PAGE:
This is the most elusive grape. It is relatively early ripening and extremely sensitive to terroir. Its perfect place on earth is the Cote d’Or in Burgundy. So haunting are great red Burgundy’s charms that growers everywhere try to emulate them. Pinot Noir is not just a one-trick pony; it can make great reds, rosé, sparkling and even sweet wines, whites on occasion and I’ve tasted a decent fortified Pinot Noir too. Adding body, perfume and richness to Champagne it also adds red berry and floral/rose petal notes along with spice and subtle layers.
The grape that you can plant anywhere, in any climate and do anything to and it will still taste like an OK wine. When people hit the sweet spot of site, climate, cropping and winemaking, Chardonnay becomes a magical wine that will age gracefully but charm you at any age. Chardonnays can range from cool-climate lean and citrusy to warmer climate tropical and overt. Oak and lees can add flavouring as can malolactic fermentation. In a Champagne context, Chard can add mineral flavours, stone fruits and acidity along with some weight of fruit.
Meunier is most famous for adding body and richness to the wines of Champagne. The trade-off is it tends to make the Champagnes age quicker and is therefore often left out of Prestige Cuvées. Not usually found in still table wine production.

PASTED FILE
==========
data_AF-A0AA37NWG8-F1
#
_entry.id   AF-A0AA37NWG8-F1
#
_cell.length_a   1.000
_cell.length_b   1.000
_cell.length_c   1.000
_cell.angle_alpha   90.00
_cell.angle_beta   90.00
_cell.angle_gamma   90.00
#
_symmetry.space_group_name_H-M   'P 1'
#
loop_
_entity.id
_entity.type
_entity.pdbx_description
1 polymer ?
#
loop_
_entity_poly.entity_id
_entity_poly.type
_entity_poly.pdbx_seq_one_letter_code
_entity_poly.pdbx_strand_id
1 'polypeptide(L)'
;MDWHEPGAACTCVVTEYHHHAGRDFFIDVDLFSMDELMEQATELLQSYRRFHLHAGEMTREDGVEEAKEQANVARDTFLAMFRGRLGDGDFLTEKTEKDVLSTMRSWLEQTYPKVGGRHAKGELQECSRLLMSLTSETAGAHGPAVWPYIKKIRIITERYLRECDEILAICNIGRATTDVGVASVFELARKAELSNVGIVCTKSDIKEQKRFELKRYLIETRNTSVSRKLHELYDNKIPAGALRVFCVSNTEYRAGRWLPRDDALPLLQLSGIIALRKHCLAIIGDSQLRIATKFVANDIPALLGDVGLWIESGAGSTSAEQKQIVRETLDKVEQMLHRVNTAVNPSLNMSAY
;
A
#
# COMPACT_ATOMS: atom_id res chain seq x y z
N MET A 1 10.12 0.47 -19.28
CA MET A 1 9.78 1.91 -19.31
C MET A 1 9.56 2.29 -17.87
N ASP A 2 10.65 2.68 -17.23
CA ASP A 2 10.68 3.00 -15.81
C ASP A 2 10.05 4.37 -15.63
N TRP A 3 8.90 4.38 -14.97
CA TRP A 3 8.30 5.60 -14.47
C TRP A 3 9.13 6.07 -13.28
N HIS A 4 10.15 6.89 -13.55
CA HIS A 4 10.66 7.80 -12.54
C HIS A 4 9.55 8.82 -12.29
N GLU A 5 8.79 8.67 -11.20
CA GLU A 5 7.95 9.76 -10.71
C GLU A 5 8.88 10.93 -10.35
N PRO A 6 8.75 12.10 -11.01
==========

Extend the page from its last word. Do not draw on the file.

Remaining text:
The land that some many New World (not European) wine producers look to emulate. To generalise about French wine, I would say it is savoury, lighter-bodied wines. They are the definition of elegant, complex. There are many styles, though. And there is a French wine for every palate. They lead the world in Pinot Noir and Chardonnay in Burgundy. Sparkling Wine in Champagne. Cabernet and Merlot in Bordeaux. Syrah(Shiraz) and Grenache in the Rhone Valley. Riesling, Gewurztraminer, and Pinot Gris in Alsace. Sauvignon Blanc, and Chenin Blanc in the Loire Valley. Gamay in Beaujolais.
Wine is the result you get from fermented grape juice. There is proof of wine production dating back 8000 years ago. Fashions, innovations and many other factors have influenced the way wine has evolved over the years.
The wine grape is special. It contains everything you need to make grape wine except for the yeast, which lives on the outside of the skins.
Human inputs can influence the final product, including the viticulture (growing) choices. And the winemaker can shape the wine to a point too.
The best wines of the world often refer to terroir. Terroir is a French term that refers to all the climatic, geological and topographical influences on a specific piece of land. And it is true that neighbouring vineyards, grown identically, can taste noticeably different.
Fizz, bubby, bubbles. It is a wine with bubbles in it. There are many ways to put the bubbles in, and many styles and flavours you can find. Important to know that you should never buy cheap Sparkling. Champagne is still the quality leader of the world. But great Sparkling can be found in Moscato (sweet), Prosecco, Franciacorta (Italy), Cava (Spain), Australia, New Zealand, Loire Valley and Burgundy Cremant (France).
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I, Phil, have been running The Wine Depository since 2011. The Wine Depository exists to make sure you are drinking the good wines. You can browse and pick what is interesting to you. Or you can make contact with me. I’ll make sure you get what you want, to your palate, to your budget and to your door.